Thursday, May 29, 2014

No SteamBox this year

Originally published on Kupeesh!


Breaking news! 

If you were breathlessly waiting for your opportunity to stick it to Microsoft and Sony's dominance in console gaming you're going to have to wait a little longer. 

This week Valve announced via its Steam Universe community forum that the much hyped Steam Box gaming console wouldn't see an official launch date till 2015. Originally scheduled to launch this year, apparently feedback from the 300 testers in the Steam Box beta program have discovered some issues with the console's controller. Truth be told, calling the Steam Box a console is a bit of a stretch.  The Steam Box is really more of a specification than a product.  

Consisting of a customized Linux distribution called Steam OS, A hardware specification based on PC components and that troublesome controller that's hanging up the launch date. It seems that Valve's idea of making a better game controller simply isn't.  For one thing, instead of joysticks the control surfaces are touchpads with vibratory feedback similar to some on-screen keyboards found on smartphones. 

Valve's official explanation for the delay is this... "Obviously we're just as eager as you are to get a Steam Machine in your hands. But our number one priority is making sure that when you do, you'll be getting the best gaming experience possible" That's nice but the controller may be the least of the Steam Box's challenges. 

Hardware partners who've committed to producing products based on Valve's prototype are already complaining about the relatively low (meaning slim margin) hardware specifications.  Unlike top-tier boutique systems commanding thousands of dollars, Valve's Steam Box (or Steam Machine as it's now called) looks more like an entry level PC in a fancy case. It's left partners voicing their concern that, " it will absolutely be the least profitable system we ever sell.” It's also unsure if the console market will tolerate these delays much longer while Valve continues to tinker with its flagship product.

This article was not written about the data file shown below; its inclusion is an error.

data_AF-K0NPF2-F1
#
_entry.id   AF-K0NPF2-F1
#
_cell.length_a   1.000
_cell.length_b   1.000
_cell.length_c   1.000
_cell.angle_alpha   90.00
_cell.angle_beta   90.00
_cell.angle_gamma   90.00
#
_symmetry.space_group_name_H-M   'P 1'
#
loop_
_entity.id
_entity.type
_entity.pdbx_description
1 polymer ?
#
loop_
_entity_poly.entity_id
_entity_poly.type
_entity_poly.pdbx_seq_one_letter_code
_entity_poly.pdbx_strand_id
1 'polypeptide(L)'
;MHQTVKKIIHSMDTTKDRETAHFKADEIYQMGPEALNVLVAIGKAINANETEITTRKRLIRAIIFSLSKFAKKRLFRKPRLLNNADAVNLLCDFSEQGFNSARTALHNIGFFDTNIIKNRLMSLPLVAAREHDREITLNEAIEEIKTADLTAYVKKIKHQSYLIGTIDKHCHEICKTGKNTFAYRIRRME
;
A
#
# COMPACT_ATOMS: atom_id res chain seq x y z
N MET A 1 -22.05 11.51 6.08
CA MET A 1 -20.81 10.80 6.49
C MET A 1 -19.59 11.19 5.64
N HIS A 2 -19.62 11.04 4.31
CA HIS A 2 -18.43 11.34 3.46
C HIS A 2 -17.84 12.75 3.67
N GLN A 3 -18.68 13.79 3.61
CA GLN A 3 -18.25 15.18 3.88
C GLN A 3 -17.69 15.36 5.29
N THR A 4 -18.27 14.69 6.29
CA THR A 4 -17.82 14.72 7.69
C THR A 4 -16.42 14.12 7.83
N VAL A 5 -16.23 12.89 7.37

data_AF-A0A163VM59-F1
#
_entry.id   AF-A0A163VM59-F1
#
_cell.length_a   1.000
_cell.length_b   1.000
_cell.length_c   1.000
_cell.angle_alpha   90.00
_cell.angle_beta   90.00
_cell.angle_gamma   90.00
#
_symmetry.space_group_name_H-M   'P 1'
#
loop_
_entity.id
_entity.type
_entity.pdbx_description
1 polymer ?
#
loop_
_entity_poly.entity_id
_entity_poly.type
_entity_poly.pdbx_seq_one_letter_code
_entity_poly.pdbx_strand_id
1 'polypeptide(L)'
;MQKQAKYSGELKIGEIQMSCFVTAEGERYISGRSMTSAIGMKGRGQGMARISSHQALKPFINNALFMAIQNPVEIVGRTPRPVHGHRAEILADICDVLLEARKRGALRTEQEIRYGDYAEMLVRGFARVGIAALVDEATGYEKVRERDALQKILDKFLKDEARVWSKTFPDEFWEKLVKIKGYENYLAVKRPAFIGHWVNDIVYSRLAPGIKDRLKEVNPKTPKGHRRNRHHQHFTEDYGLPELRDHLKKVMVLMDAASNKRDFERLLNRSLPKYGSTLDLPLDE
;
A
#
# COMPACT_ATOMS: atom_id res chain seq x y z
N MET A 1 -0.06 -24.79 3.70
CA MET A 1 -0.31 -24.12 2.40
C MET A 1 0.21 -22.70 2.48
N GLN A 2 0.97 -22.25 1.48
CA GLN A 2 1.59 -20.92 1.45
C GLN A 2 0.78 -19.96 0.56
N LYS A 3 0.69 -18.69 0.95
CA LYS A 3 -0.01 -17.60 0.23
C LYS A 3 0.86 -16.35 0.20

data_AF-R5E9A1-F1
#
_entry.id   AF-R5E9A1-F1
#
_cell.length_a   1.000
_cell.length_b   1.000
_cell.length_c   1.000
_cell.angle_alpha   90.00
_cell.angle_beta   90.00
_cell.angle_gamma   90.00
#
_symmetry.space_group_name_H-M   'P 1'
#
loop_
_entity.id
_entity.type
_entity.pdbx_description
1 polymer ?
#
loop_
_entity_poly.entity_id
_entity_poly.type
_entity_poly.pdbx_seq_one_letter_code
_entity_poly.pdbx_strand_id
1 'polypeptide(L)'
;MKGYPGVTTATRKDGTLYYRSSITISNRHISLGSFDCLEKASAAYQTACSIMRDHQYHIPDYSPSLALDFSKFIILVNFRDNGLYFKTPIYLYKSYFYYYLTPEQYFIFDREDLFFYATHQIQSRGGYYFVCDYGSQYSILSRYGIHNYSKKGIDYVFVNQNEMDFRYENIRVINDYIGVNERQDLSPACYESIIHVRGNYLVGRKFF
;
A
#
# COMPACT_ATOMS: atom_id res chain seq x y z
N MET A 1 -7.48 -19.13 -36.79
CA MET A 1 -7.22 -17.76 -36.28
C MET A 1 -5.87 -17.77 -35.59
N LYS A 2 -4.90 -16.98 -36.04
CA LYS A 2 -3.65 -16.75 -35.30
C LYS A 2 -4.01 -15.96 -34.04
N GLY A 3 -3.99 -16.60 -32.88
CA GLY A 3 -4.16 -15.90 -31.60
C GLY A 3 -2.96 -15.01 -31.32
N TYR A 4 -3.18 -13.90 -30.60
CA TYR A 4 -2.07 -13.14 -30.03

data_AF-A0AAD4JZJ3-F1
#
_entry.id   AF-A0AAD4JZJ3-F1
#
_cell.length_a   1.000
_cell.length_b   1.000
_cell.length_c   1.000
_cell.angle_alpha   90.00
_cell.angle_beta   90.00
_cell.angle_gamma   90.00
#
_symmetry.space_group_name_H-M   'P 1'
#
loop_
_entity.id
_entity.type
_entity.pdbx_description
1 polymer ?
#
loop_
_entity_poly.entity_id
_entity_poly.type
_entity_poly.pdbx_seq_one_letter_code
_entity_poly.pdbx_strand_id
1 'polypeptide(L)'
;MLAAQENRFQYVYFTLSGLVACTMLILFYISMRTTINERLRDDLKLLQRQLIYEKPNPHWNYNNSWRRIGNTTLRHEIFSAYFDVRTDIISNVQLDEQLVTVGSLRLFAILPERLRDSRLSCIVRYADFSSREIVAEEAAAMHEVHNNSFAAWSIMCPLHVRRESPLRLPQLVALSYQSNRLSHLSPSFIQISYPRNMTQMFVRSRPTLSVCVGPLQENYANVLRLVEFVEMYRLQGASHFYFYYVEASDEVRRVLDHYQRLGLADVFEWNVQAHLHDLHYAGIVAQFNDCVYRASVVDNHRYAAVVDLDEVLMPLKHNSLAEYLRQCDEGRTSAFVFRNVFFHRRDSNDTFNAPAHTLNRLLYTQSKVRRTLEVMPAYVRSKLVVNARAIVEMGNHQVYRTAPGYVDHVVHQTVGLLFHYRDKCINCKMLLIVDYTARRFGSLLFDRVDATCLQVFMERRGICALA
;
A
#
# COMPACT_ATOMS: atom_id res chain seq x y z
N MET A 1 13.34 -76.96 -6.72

It's already been suggested that interest in Valve's console is waning due to slipping launch dates and licensing instead of actually manufacturing the console. 

If that's true then the real question for partners and perhaps even Valve is, why bother?

Wednesday, May 28, 2014

Battlefield 3 for Free!

Originally published on Kupeesh!

Have you been longing for the days when you could play a Battlefield game that didn't make you pull your hair out?  How about an FPS that not only looked good but didn't make you wonder if your last visit to the kill cam was legit or a game glitch.

If you've been saying you'd never play another Battlefield game again even if it was free you may want to reconsider.

Till June 3rd, EA has offered up Battlefield 3 Standard Edition for free as part of their ongoing On the House promotion.  Normally $19.99, the PC download is available via EA's Origin service.

For the uninitiated, Battlefield 3 was a military themed FPS set against a backdrop of a modern day global conflict.  A long awaited follow-up to Battlefield 2 and the Bad Company Series, the game had garnered an almost cult following shortly after its release and set the bar on what an FPS should be.

That was due to cutting edge graphics, a wide variety of maps and dozens of weapons, vehicles and loadouts to choose from.  Arguably, it was the most immersive FPS experience of its time if you didn't count its primary competition Call of Duty: Modern Warfare 3.

All of which were promised but only partially delivered by Battlefield 4 at this point.
You can't beat free so invest a little time to experience one of the best triple-A titles to come along in the last 5 years.

A claim Battlefield 4 won't be able to make for at least that long...

Tuesday, May 20, 2014

Ghosts of Games Gone By